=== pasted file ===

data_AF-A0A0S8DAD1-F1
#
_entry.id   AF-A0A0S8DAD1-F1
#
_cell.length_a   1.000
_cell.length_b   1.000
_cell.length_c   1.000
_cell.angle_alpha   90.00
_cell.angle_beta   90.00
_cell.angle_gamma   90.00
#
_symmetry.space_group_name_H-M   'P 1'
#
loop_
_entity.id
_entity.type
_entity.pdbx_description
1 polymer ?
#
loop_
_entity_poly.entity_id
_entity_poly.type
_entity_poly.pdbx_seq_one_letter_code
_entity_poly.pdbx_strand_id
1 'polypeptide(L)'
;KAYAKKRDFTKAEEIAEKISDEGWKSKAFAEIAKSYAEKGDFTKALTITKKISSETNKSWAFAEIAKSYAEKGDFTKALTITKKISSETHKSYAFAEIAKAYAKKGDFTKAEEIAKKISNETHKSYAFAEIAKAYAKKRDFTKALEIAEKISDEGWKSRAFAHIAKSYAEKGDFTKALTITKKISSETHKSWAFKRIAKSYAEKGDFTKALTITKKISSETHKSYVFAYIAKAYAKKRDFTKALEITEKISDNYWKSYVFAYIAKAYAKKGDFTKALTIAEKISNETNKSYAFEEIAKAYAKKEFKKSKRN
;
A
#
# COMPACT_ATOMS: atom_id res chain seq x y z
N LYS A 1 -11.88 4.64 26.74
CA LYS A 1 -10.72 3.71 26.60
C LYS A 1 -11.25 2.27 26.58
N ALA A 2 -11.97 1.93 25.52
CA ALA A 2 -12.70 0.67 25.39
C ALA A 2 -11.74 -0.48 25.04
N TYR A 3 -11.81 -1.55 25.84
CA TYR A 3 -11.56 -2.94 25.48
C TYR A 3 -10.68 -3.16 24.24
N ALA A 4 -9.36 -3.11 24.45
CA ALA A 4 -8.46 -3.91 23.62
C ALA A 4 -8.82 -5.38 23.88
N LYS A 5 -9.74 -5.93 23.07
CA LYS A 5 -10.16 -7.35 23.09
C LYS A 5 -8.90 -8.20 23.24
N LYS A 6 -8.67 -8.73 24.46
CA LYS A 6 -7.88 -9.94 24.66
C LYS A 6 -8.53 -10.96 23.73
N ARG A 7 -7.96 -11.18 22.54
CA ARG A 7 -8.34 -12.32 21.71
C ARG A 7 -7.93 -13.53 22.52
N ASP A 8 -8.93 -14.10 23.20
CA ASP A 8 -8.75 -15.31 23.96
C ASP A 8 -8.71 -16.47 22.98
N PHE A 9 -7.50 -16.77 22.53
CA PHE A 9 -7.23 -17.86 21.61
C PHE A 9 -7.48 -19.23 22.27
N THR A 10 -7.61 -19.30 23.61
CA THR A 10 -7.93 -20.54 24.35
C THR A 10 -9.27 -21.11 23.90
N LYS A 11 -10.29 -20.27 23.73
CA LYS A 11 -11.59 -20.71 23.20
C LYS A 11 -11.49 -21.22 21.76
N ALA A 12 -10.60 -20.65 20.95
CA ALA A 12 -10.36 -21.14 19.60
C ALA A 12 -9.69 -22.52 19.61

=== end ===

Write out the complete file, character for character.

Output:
data_AF-A0A0S8DAD1-F1
#
_entry.id   AF-A0A0S8DAD1-F1
#
_cell.length_a   1.000
_cell.length_b   1.000
_cell.length_c   1.000
_cell.angle_alpha   90.00
_cell.angle_beta   90.00
_cell.angle_gamma   90.00
#
_symmetry.space_group_name_H-M   'P 1'
#
loop_
_entity.id
_entity.type
_entity.pdbx_description
1 polymer ?
#
loop_
_entity_poly.entity_id
_entity_poly.type
_entity_poly.pdbx_seq_one_letter_code
_entity_poly.pdbx_strand_id
1 'polypeptide(L)'
;KAYAKKRDFTKAEEIAEKISDEGWKSKAFAEIAKSYAEKGDFTKALTITKKISSETNKSWAFAEIAKSYAEKGDFTKALTITKKISSETHKSYAFAEIAKAYAKKGDFTKAEEIAKKISNETHKSYAFAEIAKAYAKKRDFTKALEIAEKISDEGWKSRAFAHIAKSYAEKGDFTKALTITKKISSETHKSWAFKRIAKSYAEKGDFTKALTITKKISSETHKSYVFAYIAKAYAKKRDFTKALEITEKISDNYWKSYVFAYIAKAYAKKGDFTKALTIAEKISNETNKSYAFEEIAKAYAKKEFKKSKRN
;
A
#
# COMPACT_ATOMS: atom_id res chain seq x y z
N LYS A 1 -11.88 4.64 26.74
CA LYS A 1 -10.72 3.71 26.60
C LYS A 1 -11.25 2.27 26.58
N ALA A 2 -11.97 1.93 25.52
CA ALA A 2 -12.70 0.67 25.39
C ALA A 2 -11.74 -0.48 25.04
N TYR A 3 -11.81 -1.55 25.84
CA TYR A 3 -11.56 -2.94 25.48
C TYR A 3 -10.68 -3.16 24.24
N ALA A 4 -9.36 -3.11 24.45
CA ALA A 4 -8.46 -3.91 23.62
C ALA A 4 -8.82 -5.38 23.88
N LYS A 5 -9.74 -5.93 23.07
CA LYS A 5 -10.16 -7.35 23.09
C LYS A 5 -8.90 -8.20 23.24
N LYS A 6 -8.67 -8.73 24.46
CA LYS A 6 -7.88 -9.94 24.66
C LYS A 6 -8.53 -10.96 23.73
N ARG A 7 -7.96 -11.18 22.54
CA ARG A 7 -8.34 -12.32 21.71
C ARG A 7 -7.93 -13.53 22.52
N ASP A 8 -8.93 -14.10 23.20
CA ASP A 8 -8.75 -15.31 23.96
C ASP A 8 -8.71 -16.47 22.98
N PHE A 9 -7.50 -16.77 22.53
CA PHE A 9 -7.23 -17.86 21.61
C PHE A 9 -7.48 -19.23 22.27
N THR A 10 -7.61 -19.30 23.61
CA THR A 10 -7.93 -20.54 24.35
C THR A 10 -9.27 -21.11 23.90
N LYS A 11 -10.29 -20.27 23.73
CA LYS A 11 -11.59 -20.71 23.20
C LYS A 11 -11.49 -21.22 21.76
N ALA A 12 -10.60 -20.65 20.95
CA ALA A 12 -10.36 -21.14 19.60
C ALA A 12 -9.69 -22.52 19.61